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MEMO

To: Dr. Willerton


From: Sarah Rosin
Subject: Creating a Poster Assignment
Date: April 6, 2015
While I was creating the poster for the technical communication department, at
Boise State University, the anticipated audience was carefully considered.
Theoretically, the poster would be hung in the liberal arts building, as well as
additional buildings on campus. The primary audience for the poster includes all
Boise State University students. Because the poster would have to compete for
the attention of the students amidst many other posters, flyers, and informative
documents, the contrast of the poster was heightened by using a single bold
font against a white background. The images used are unique and contrasting
as well. Many of the posters featured in buildings on the Boise State University
campus follow a similar color scheme and template to each other. To catch the
attention of the audience, it is important to utilize a different template and
employ unexpected changes.
To attract the attention of potential students, the information included on the
flyer was kept to the most important elements. The contact information was
bolded and made larger than the paragraph text to stand out. Rather than using
stock photography of office-scapes and people in business attire, I chose to use
a less traditional graphic. The image of the vintage Underwood typewriter is eyecatching, unique, and most importantly, unexpected. I chose to use the typeface
Helvetica Neue Bold for two reasons: one being the style is clean, crisp, and
easy to read, and the second being I appreciated the contrast the typeface
made juxtaposed against the style of the graphic chosen. The graphics have a
certain screen-printed look that appeals to a vintage aesthetic. Using a sans
serif with this kind of imagery creates not only a visual contrast, but a
conceptual contrast as well.
The proximity of the elements included in the poster is balanced and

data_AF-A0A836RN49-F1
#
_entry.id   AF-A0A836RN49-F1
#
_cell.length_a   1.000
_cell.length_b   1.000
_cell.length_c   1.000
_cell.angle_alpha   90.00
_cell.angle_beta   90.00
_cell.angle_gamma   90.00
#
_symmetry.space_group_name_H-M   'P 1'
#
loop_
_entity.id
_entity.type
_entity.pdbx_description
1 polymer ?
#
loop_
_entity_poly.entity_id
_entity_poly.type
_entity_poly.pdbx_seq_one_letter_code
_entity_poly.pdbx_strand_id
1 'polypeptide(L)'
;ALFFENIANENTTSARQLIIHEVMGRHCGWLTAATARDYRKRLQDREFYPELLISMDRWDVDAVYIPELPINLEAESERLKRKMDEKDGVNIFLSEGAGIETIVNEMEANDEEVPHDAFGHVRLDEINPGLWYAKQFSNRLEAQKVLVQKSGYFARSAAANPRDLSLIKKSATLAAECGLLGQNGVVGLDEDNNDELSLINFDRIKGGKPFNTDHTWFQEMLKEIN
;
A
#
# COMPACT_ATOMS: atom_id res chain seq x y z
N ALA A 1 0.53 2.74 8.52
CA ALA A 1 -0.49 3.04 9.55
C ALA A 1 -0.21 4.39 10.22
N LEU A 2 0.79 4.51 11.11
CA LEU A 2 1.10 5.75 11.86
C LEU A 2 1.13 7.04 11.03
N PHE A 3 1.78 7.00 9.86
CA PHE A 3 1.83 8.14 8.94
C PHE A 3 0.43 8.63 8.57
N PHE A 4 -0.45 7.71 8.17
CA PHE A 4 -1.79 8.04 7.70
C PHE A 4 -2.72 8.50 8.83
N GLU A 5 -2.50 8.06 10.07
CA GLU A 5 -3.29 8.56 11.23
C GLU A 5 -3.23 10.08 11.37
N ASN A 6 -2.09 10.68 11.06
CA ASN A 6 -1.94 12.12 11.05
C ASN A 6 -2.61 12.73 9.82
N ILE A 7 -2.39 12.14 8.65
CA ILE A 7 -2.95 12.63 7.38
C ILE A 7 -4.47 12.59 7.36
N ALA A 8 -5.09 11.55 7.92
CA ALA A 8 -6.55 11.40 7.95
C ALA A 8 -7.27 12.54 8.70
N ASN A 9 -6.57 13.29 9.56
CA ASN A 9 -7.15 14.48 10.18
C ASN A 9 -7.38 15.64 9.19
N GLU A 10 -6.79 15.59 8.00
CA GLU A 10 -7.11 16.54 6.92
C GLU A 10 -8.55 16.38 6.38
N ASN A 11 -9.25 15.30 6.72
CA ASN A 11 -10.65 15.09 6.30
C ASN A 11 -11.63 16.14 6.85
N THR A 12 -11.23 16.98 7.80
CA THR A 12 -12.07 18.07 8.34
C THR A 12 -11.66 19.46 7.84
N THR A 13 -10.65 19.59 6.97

appropriate for the audience and content. There are no trapped areas of white
space, and the entirety of the poster space is well managed. The images of the
typewriter as well as the typeface creates repitition throughout the document

and the alignment of all elements is also balanced. A hard line on the right-side
of the document is created through the vertical alignment of the images.
Additionally, a hard line is created through the alignment of the text area
between the images. I chose to use CMYK values for the backgrounds of the
images as a nod towards the printing process utilized in many print documents.
I feel that this color choice not only created contrast but ethos as well.
In the rough draft stages of the poster, I considered changing the color of the
background of the poster. However, as I decided to utilize the color scheme that
I did, I feel that the white background works better. The paper would be
standard poster size (11 inches by 7 inches). I also included the BSU logo to
enhance the credibility of the poster.
I designed this poster, ultimately, with a new tech world meets old tech
world ethos. I felt that the inclusion of the images as well as the grid design and
the typography used created tension and contrast that would attract viewers.
The repetition of the vintage typewriting image, with CMYK backgrounds,
creates a Warhol-esque screen-printed feel.
Ultimately, I am pleased with the design of the poster and feel that it improved
greatly through several drafts. I feel, as a BSU student and member of the
English department, that this poster would catch my attention. Oftentimes I find
that the focus of the technical communication department lies heavily in creating
professional ethos through office imagery. While this is an important element of
the technical communication field, I feel it is important to also emphasize to
potential students the exciting, creative, and design-oriented aspects of
technical communication. Personally, it is one of my favorite elements of the
program and I feel that many students entering the technical communication
department would be pleasantly surprised to find that they are able to combine
the best of both technical and creative worlds through print and on-screen
production.